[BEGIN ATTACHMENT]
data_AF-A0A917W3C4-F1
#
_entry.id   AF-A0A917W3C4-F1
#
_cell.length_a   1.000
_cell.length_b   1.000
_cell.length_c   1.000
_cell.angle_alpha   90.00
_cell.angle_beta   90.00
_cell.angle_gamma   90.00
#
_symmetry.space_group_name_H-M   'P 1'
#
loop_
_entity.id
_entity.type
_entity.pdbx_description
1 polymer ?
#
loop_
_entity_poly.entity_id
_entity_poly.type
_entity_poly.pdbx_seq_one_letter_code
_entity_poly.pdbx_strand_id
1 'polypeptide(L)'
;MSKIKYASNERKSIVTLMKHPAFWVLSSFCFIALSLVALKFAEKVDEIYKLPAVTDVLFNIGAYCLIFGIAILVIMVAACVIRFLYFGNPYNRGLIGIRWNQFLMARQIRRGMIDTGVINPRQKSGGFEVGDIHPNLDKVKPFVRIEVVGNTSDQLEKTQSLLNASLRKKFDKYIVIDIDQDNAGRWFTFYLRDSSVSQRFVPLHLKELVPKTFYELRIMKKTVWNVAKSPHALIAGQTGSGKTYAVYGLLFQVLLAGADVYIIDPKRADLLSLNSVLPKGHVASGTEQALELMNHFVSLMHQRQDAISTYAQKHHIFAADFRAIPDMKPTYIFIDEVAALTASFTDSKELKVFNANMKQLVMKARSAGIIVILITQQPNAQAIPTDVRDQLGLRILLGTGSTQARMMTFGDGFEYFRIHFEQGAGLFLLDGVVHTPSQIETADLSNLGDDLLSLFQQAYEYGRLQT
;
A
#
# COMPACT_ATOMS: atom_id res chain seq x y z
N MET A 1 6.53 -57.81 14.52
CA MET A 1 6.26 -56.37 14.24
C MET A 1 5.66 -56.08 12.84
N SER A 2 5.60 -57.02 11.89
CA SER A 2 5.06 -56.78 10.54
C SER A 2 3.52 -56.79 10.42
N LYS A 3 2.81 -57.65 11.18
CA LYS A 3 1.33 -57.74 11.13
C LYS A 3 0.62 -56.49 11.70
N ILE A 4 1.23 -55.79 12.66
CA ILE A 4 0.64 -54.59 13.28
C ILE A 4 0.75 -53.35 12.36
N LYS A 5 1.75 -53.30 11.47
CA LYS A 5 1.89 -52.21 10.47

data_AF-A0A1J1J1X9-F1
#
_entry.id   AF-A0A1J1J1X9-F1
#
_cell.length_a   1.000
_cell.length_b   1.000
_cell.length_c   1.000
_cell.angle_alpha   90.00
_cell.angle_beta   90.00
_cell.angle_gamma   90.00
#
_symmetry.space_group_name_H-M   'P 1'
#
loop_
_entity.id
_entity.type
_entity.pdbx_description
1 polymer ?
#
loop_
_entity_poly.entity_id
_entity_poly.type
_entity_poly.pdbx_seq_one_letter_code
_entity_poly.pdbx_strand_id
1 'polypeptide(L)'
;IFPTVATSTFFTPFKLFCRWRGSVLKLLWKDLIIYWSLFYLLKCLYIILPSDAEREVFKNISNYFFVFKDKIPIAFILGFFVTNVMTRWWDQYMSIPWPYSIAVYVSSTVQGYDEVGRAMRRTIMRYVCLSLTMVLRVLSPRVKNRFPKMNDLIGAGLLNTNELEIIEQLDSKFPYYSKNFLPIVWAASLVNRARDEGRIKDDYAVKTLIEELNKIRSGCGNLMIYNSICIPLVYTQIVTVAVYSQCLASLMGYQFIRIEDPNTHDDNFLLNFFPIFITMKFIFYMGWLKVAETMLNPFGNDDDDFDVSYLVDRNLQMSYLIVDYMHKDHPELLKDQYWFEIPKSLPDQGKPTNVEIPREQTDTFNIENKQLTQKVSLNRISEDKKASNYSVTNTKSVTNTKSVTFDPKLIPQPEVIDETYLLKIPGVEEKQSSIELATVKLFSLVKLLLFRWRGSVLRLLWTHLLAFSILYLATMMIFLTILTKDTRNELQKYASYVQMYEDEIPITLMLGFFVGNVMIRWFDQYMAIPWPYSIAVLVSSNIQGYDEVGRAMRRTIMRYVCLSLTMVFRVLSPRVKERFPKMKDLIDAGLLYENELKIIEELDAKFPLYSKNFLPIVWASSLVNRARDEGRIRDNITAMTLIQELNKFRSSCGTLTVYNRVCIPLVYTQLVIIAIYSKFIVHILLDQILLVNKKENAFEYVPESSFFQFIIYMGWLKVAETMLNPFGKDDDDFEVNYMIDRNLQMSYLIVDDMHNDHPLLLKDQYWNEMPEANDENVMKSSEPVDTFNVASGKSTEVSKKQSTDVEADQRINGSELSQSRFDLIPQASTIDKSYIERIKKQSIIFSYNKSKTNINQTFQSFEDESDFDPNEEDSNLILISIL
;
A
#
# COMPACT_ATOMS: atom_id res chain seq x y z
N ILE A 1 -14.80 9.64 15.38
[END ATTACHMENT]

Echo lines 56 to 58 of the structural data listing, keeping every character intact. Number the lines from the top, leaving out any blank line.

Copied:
_symmetry.space_group_name_H-M   'P 1'
#
loop_